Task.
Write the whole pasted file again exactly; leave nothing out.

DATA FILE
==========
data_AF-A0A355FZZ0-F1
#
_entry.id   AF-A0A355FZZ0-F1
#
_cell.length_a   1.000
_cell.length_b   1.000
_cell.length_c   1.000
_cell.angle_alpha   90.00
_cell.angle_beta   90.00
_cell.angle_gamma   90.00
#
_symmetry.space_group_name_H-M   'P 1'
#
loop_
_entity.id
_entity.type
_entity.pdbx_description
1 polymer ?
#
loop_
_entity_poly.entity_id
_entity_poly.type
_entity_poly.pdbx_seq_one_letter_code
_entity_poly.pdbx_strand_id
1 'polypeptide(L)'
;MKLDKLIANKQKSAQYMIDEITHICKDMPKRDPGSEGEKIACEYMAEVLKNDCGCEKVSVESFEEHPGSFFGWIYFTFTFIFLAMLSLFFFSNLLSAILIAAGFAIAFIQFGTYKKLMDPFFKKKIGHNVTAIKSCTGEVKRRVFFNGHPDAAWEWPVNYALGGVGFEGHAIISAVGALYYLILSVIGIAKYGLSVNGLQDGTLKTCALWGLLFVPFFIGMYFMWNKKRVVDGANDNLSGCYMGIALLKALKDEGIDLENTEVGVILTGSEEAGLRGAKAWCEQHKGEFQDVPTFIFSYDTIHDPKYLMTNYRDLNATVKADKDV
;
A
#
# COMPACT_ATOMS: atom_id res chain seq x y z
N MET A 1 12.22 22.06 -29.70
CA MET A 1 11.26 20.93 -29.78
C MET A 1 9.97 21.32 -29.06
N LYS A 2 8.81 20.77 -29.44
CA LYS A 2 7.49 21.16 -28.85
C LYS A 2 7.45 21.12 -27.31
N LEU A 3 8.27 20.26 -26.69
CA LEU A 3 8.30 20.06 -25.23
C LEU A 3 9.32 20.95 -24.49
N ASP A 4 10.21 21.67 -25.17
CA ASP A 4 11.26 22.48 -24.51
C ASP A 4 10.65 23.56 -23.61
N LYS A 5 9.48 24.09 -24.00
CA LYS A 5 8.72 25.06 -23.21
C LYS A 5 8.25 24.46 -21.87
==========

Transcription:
data_AF-A0A355FZZ0-F1
#
_entry.id   AF-A0A355FZZ0-F1
#
_cell.length_a   1.000
_cell.length_b   1.000
_cell.length_c   1.000
_cell.angle_alpha   90.00
_cell.angle_beta   90.00
_cell.angle_gamma   90.00
#
_symmetry.space_group_name_H-M   'P 1'
#
loop_
_entity.id
_entity.type
_entity.pdbx_description
1 polymer ?
#
loop_
_entity_poly.entity_id
_entity_poly.type
_entity_poly.pdbx_seq_one_letter_code
_entity_poly.pdbx_strand_id
1 'polypeptide(L)'
;MKLDKLIANKQKSAQYMIDEITHICKDMPKRDPGSEGEKIACEYMAEVLKNDCGCEKVSVESFEEHPGSFFGWIYFTFTFIFLAMLSLFFFSNLLSAILIAAGFAIAFIQFGTYKKLMDPFFKKKIGHNVTAIKSCTGEVKRRVFFNGHPDAAWEWPVNYALGGVGFEGHAIISAVGALYYLILSVIGIAKYGLSVNGLQDGTLKTCALWGLLFVPFFIGMYFMWNKKRVVDGANDNLSGCYMGIALLKALKDEGIDLENTEVGVILTGSEEAGLRGAKAWCEQHKGEFQDVPTFIFSYDTIHDPKYLMTNYRDLNATVKADKDV
;
A
#
# COMPACT_ATOMS: atom_id res chain seq x y z
N MET A 1 12.22 22.06 -29.70
CA MET A 1 11.26 20.93 -29.78
C MET A 1 9.97 21.32 -29.06
N LYS A 2 8.81 20.77 -29.44
CA LYS A 2 7.49 21.16 -28.85
C LYS A 2 7.45 21.12 -27.31
N LEU A 3 8.27 20.26 -26.69
CA LEU A 3 8.30 20.06 -25.23
C LEU A 3 9.32 20.95 -24.49
N ASP A 4 10.21 21.67 -25.17
CA ASP A 4 11.26 22.48 -24.51
C ASP A 4 10.65 23.56 -23.61
N LYS A 5 9.48 24.09 -24.00
CA LYS A 5 8.72 25.06 -23.21
C LYS A 5 8.25 24.46 -21.87